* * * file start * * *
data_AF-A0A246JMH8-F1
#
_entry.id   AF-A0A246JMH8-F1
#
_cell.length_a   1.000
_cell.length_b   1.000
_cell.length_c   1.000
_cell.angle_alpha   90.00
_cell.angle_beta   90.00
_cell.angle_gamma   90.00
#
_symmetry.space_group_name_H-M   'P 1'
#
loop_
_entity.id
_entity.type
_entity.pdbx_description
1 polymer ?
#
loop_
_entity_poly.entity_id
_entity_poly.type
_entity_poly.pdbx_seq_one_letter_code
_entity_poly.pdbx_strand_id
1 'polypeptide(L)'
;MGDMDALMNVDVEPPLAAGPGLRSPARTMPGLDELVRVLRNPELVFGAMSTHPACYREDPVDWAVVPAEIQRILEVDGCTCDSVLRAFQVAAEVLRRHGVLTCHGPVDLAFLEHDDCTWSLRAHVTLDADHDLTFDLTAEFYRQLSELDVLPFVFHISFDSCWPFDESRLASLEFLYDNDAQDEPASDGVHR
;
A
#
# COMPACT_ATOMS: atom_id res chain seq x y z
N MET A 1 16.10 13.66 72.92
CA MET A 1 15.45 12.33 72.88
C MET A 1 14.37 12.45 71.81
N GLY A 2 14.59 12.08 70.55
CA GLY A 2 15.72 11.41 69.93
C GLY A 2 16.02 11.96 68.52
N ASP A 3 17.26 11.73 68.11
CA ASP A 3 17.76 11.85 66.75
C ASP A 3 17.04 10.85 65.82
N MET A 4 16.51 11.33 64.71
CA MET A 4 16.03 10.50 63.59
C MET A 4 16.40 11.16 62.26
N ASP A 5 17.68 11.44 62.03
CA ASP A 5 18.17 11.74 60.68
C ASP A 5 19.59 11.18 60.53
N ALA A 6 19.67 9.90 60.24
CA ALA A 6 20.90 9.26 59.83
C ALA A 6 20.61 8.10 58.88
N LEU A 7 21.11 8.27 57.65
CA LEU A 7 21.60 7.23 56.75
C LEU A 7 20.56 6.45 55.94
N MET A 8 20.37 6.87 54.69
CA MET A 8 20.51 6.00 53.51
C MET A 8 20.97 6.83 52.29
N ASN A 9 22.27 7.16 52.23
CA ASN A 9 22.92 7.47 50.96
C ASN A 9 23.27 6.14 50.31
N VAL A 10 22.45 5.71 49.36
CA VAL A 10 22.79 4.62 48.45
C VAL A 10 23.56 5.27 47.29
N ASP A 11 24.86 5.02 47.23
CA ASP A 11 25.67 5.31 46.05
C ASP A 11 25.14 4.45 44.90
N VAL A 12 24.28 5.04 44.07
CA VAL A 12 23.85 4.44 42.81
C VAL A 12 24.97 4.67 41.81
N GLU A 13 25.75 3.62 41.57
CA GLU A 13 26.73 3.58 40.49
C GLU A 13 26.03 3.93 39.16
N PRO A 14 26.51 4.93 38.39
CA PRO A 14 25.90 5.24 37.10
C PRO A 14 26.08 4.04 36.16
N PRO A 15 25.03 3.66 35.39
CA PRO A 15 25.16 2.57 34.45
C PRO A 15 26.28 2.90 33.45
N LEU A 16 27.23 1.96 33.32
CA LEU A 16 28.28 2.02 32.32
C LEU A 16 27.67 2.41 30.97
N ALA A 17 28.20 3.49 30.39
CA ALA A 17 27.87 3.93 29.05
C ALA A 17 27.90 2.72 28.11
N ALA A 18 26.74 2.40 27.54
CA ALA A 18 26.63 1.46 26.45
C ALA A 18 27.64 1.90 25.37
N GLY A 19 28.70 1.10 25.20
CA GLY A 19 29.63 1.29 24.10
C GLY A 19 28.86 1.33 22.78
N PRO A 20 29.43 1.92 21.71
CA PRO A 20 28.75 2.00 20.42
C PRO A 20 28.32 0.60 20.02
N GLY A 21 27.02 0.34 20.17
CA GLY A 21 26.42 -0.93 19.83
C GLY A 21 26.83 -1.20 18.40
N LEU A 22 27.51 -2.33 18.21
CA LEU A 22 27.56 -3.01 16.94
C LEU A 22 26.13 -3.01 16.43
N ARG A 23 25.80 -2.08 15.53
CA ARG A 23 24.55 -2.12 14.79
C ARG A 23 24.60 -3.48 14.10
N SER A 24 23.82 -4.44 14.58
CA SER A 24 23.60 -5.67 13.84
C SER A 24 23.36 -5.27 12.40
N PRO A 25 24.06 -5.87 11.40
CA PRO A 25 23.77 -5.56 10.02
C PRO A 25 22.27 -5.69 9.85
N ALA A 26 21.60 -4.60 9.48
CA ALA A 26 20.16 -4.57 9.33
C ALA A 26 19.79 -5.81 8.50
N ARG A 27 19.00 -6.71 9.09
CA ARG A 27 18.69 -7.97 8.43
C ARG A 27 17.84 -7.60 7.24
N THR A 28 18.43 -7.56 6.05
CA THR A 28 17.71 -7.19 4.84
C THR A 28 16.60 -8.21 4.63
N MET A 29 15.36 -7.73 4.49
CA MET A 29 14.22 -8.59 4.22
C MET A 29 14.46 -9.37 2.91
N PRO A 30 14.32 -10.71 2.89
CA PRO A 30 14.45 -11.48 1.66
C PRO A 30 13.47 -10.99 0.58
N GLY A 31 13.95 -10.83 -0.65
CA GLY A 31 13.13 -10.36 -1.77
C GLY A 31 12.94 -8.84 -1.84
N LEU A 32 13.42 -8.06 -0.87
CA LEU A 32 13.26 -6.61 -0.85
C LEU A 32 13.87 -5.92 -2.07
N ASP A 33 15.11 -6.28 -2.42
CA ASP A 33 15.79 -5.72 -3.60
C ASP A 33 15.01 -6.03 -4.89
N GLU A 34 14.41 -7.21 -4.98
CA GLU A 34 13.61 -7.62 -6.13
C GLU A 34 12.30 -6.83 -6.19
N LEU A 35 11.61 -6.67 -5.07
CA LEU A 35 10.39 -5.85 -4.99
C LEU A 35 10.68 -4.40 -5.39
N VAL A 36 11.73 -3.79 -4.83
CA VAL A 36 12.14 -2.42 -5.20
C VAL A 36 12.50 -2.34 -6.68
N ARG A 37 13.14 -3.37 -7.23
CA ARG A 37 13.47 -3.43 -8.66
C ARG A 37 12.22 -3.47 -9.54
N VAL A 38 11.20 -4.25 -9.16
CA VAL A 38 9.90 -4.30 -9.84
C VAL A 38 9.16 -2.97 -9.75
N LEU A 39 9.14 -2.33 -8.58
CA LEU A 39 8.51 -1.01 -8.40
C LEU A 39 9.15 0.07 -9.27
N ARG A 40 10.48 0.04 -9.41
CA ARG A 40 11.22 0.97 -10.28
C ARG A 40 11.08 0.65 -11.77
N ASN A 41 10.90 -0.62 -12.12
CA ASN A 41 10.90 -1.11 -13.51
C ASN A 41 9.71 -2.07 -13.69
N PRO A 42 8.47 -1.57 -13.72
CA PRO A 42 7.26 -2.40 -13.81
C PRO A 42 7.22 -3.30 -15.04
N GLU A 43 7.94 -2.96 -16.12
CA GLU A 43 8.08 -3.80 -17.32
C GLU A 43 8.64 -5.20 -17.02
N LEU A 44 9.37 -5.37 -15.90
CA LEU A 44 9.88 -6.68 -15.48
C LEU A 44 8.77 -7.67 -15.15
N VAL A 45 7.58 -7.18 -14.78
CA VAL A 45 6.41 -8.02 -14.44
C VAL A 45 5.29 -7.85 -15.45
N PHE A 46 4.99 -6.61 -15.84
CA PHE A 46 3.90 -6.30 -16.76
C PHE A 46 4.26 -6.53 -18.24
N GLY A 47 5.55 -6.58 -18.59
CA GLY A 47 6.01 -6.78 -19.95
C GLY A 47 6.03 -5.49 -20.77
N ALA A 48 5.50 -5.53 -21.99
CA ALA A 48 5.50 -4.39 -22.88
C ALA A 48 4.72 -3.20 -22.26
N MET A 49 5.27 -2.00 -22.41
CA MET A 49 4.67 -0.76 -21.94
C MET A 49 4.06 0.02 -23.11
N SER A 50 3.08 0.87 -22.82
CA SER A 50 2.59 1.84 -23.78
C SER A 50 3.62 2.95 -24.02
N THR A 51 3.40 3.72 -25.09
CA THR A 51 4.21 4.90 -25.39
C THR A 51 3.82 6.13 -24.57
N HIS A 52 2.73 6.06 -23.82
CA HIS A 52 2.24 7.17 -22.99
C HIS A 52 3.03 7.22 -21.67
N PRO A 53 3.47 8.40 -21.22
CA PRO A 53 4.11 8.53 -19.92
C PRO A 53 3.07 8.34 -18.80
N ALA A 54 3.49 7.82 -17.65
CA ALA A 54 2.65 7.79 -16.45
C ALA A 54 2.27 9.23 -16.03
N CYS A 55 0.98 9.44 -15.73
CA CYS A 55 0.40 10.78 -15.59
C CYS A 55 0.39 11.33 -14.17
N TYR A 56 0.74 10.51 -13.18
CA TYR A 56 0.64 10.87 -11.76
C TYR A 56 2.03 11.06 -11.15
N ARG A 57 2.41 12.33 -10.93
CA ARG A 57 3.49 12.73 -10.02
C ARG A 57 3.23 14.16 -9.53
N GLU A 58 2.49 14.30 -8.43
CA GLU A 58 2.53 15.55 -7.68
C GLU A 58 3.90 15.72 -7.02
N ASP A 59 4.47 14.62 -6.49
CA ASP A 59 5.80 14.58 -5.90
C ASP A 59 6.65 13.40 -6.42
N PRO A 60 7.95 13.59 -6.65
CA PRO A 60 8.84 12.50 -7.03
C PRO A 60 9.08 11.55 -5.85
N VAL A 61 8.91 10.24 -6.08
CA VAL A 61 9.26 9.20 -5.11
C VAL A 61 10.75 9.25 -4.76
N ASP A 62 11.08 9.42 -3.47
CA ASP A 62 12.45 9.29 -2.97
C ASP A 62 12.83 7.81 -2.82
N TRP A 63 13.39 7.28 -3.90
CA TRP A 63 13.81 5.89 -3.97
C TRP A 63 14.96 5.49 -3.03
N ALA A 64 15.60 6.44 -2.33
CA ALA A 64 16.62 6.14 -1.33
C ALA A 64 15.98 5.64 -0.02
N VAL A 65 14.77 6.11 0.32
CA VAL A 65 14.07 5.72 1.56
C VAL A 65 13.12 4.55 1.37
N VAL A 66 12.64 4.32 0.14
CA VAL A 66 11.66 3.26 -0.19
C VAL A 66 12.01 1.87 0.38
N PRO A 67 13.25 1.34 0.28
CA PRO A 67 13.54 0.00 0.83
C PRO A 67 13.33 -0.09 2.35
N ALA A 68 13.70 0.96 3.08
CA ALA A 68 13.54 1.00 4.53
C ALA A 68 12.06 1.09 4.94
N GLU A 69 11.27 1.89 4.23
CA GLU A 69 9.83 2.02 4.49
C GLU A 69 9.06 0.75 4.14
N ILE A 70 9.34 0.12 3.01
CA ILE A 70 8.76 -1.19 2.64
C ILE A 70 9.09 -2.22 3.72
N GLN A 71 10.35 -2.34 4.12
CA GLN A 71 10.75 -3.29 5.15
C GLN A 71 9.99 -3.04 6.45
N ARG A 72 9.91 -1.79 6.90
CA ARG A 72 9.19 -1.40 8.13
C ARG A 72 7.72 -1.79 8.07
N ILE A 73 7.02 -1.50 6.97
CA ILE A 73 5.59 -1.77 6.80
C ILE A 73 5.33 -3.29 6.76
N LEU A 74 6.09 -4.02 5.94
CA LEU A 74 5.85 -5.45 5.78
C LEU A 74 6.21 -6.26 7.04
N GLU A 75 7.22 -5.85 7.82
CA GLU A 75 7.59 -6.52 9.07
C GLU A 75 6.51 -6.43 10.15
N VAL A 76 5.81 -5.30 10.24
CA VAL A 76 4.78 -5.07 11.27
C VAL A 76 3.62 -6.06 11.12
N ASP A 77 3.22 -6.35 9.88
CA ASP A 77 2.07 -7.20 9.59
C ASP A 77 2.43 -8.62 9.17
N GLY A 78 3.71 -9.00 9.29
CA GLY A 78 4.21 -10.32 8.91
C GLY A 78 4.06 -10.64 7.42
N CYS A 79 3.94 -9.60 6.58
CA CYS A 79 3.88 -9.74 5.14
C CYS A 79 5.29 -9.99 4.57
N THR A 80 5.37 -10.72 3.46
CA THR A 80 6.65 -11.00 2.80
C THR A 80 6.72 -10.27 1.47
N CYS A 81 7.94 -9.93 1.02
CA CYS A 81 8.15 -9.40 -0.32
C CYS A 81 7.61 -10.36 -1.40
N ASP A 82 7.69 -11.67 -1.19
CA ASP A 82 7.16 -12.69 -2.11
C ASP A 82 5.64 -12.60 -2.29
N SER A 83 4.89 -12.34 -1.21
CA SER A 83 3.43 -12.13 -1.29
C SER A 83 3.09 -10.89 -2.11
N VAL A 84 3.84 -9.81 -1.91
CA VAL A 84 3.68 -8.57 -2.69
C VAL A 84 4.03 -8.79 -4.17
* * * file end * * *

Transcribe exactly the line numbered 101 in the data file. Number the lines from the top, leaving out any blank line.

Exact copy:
CA SER A 24 23.60 -5.67 13.84